Autodidact: self-taught

Apr
24
2012

Non-Verbal COM

by V. L. Craven

Successful Nonverbal Communication by Dale Leathers

Nonverbal cues serve 6 major communication functions
1. Providing information
2. Regulating interactions
3. Expressing emotions
4. Allowing metacommunication
5. Controlling social situations
6. Forming and managing impressions

Facial expressions

Two most important functions of the human face:
1. Communication of emotions
2. Identification of previously unidentified people

Facial Action Coding System
44 units of separate facial decoders
Breaks down face:
1 Brows & forehead
2 Eyelids, bridge of nose
3 Lower face

Six basic classes of meaning communicated by the face:
1. happiness
2. suffering
3. surprise
4. determination
5. disgust
6. contempt

Three dimensions of facial meaning:
1. pleasant—unpleasant
2. interest—rejection
3. sleep—tension

Left side of the face is most accurate for decoding emotion

Anglo-Saxons are more likely than Latinos to consciously control their facial expressions.

[34 guarding against] (?)

Facial decoding accuracy is lower for:
1. Men
2. Very old
3. Very young
4. Decoding spontaneous (opposed to posed)

Perception of facial expressions

Undesirable personality characteristics:
low forehead thick lips oversize ears

Babyfaced males:
naïve honest kind warm

Appropriate smiles enhance credibility while inappropriate smiles are viewed as an ingratiating self-presentation strategy.

Dominance

–Vocal cues are the most powerful encoders of dominance.
–Unsmiling w/lowered brows is more dominant than smiling w/raised brows.
–The more visually attentive an animal is, the lower its place in the power hierarchy.
–The license to stare at others for the purpose of domination is the exclusive prerogative of the powerful.
–As your looking while speaking increases while your level of looking while listening decreases your visual dominance goes up.
–Perceived dominance of females in particular has been found to increase markedly as their visual dominance ratio increases.

Chapter Three: Eye Behaviours

In many cultures the divine eye has taken the form of a highly visible & powerful eye that keeps watch over every little thing in [relenters] gaze e.g. the cat goddess Bastet, the dominant deity in Egypt for 2,000 years.

Type of emotion displayed on face; intensity of emotion in eyes.

Individuals usually look away when they begin speaking and while talking and are apt to look at you and pause if they wish you to respond.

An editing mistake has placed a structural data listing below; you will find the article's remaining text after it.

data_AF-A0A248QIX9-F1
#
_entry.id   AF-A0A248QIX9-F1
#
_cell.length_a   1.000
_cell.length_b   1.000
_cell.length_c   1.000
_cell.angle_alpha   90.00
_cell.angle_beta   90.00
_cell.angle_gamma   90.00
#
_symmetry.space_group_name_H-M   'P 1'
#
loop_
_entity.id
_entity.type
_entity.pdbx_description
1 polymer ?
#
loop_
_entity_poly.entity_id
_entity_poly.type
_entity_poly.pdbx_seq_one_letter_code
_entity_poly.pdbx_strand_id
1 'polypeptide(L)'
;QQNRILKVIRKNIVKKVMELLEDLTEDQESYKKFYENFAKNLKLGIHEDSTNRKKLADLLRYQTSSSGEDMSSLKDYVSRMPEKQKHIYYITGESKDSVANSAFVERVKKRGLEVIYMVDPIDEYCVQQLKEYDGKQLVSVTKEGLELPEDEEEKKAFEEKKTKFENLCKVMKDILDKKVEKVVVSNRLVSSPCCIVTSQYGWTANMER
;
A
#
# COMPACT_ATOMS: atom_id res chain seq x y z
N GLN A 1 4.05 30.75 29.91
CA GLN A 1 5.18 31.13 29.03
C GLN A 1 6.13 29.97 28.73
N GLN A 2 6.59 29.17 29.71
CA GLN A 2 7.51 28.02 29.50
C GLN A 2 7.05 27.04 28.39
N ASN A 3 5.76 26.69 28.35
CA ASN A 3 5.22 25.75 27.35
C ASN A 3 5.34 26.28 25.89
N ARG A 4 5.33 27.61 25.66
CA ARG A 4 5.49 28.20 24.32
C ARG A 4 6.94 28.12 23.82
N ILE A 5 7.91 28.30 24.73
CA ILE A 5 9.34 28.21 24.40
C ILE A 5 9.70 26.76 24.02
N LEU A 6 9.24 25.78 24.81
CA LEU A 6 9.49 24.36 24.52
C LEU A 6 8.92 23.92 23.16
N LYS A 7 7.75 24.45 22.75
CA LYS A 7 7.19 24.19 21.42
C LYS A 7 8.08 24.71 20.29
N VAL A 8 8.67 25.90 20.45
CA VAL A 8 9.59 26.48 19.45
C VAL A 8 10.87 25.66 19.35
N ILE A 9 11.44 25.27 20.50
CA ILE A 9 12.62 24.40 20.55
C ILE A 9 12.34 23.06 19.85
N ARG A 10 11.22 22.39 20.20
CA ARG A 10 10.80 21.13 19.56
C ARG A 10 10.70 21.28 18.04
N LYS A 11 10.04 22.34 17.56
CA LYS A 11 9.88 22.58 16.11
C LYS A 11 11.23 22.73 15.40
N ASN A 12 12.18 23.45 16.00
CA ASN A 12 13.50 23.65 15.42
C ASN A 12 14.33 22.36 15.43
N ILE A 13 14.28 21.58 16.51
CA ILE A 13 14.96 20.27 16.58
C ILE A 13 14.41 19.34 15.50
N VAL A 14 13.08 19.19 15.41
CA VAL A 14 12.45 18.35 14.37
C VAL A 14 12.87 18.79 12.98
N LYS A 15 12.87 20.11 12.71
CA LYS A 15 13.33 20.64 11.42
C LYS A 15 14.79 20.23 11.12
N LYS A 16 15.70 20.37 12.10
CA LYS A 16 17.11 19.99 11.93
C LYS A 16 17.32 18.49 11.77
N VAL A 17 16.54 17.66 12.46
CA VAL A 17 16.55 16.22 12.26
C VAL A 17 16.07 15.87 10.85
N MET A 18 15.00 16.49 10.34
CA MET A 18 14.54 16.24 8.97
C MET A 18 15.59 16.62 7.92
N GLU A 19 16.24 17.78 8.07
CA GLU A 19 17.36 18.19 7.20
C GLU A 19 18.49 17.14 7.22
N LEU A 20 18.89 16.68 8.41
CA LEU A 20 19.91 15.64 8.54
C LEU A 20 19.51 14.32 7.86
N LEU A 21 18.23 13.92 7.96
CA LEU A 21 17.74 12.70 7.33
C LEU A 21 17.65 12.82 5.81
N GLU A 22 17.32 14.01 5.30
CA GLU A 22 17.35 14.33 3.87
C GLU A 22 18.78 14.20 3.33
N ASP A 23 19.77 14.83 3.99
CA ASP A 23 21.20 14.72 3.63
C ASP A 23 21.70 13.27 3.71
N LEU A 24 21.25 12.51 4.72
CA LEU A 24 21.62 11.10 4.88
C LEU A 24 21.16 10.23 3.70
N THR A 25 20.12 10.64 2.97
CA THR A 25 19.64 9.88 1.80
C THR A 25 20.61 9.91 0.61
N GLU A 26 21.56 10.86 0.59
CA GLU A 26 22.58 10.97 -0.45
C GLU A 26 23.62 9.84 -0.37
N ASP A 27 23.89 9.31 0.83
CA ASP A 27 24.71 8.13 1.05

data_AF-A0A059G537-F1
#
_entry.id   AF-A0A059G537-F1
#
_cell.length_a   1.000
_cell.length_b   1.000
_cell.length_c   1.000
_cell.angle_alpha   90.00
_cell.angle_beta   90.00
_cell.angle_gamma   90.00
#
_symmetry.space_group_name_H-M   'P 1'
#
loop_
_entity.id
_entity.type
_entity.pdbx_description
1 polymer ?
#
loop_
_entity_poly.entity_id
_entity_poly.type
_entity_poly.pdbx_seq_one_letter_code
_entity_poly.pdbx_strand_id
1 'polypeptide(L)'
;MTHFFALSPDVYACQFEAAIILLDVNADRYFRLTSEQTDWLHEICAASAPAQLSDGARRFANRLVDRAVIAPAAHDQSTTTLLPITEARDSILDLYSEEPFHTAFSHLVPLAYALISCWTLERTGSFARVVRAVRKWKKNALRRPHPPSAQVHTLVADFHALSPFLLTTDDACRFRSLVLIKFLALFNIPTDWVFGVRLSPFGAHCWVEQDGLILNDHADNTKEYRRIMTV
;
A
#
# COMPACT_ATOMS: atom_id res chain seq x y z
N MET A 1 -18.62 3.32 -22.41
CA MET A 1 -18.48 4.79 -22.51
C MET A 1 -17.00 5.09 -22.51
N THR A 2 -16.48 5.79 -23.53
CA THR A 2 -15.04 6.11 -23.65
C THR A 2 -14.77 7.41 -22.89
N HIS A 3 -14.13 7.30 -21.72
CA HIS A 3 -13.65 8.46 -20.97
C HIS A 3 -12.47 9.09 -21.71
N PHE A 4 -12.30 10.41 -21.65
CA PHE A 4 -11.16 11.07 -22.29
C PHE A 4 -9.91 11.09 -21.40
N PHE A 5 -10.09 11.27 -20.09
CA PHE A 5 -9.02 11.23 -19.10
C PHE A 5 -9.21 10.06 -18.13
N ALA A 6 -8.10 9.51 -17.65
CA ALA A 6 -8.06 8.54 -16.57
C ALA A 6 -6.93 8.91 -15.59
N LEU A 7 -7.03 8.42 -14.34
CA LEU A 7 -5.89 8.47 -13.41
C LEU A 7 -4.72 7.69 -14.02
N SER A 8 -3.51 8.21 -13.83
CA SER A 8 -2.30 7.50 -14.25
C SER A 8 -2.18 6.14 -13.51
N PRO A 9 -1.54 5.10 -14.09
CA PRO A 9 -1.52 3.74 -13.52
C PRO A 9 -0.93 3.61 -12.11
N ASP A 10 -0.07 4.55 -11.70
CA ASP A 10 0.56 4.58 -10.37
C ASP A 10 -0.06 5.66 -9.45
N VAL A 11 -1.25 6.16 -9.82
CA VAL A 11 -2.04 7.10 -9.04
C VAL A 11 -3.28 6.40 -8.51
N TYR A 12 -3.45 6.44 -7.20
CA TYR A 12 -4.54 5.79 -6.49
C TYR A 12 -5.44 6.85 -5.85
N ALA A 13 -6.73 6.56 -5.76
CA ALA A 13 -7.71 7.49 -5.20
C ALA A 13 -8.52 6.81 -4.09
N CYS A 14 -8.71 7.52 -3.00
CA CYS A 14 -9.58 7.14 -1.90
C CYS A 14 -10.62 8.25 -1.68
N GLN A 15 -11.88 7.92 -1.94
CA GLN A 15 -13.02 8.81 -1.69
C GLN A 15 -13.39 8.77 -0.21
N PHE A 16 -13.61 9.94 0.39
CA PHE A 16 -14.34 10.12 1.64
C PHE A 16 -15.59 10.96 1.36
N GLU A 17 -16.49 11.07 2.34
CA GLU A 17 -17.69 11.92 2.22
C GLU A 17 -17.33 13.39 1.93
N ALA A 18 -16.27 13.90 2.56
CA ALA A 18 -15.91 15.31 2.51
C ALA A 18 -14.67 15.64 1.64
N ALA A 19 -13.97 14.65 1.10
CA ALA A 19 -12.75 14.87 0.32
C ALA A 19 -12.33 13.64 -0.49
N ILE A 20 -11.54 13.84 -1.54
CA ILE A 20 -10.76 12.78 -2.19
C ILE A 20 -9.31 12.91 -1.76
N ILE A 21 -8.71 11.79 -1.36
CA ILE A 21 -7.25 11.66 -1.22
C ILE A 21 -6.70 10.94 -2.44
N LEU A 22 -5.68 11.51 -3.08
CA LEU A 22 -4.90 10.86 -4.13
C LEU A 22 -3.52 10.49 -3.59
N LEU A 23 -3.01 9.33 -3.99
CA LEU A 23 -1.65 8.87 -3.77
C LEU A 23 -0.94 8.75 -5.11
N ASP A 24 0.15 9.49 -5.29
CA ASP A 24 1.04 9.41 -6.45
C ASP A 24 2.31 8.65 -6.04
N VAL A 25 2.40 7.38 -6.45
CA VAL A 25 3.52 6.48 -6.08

Look up and to the right: recall facts
Look up and to the left: lying or looking for correct response

Pupil Indicators

Pupils are the best (infallible) indicators of lying.

Dilate:
When deceiving
When aroused
With difficulty of reading tasks

Shrink:
When afraid

Gaze avoidance: intentional avoidance of eye contact
Gaze omission: unintentional failure to make eye contact

Attention is on eyes 43.4% of the time, then the mouth 12.6%

Interview Tips

Maintain steady eye-contact
Use varied voice modulation to express appropriate effect
Demonstrate appropriately high energy level by hand gestures, smiling and general body movement
Respond to questions with fluidity and little hesitation

Positives:
1. Eye contact and appropriate smiling are of utmost importance
2. Nodding
3. Attentive posture, direct body orientation, illustrator gestures and relatively close physical proximity

Negatives:
1. Adaptor gestures:
1. hand-wringing
2. hand-to-face gestures
3. fidgeting

Vocal behaviours are most important:
1. Expressing oneself concisely
2. Answering questions fully
3. Stating personal opinions when relevant
4. Keeping to the subject at hand

Standard English is extremely important. People speaking “Black” English or Appalachian English are viewed as pessimistic, disreputable, dependent and unintelligent.

Physical attractiveness only counts when females are applying for non-managerial positions.

Interviewee’s social skills were most accurately inferred from amount of gesturing and talking and formality of dress. More was better than less.

Stigmatizers:
1. People who are victims of social stigma (anorexics, etc)
2. People who display gender-inappropriate behaviour
3. Manipulative behaviour like wearing noticeable perfume

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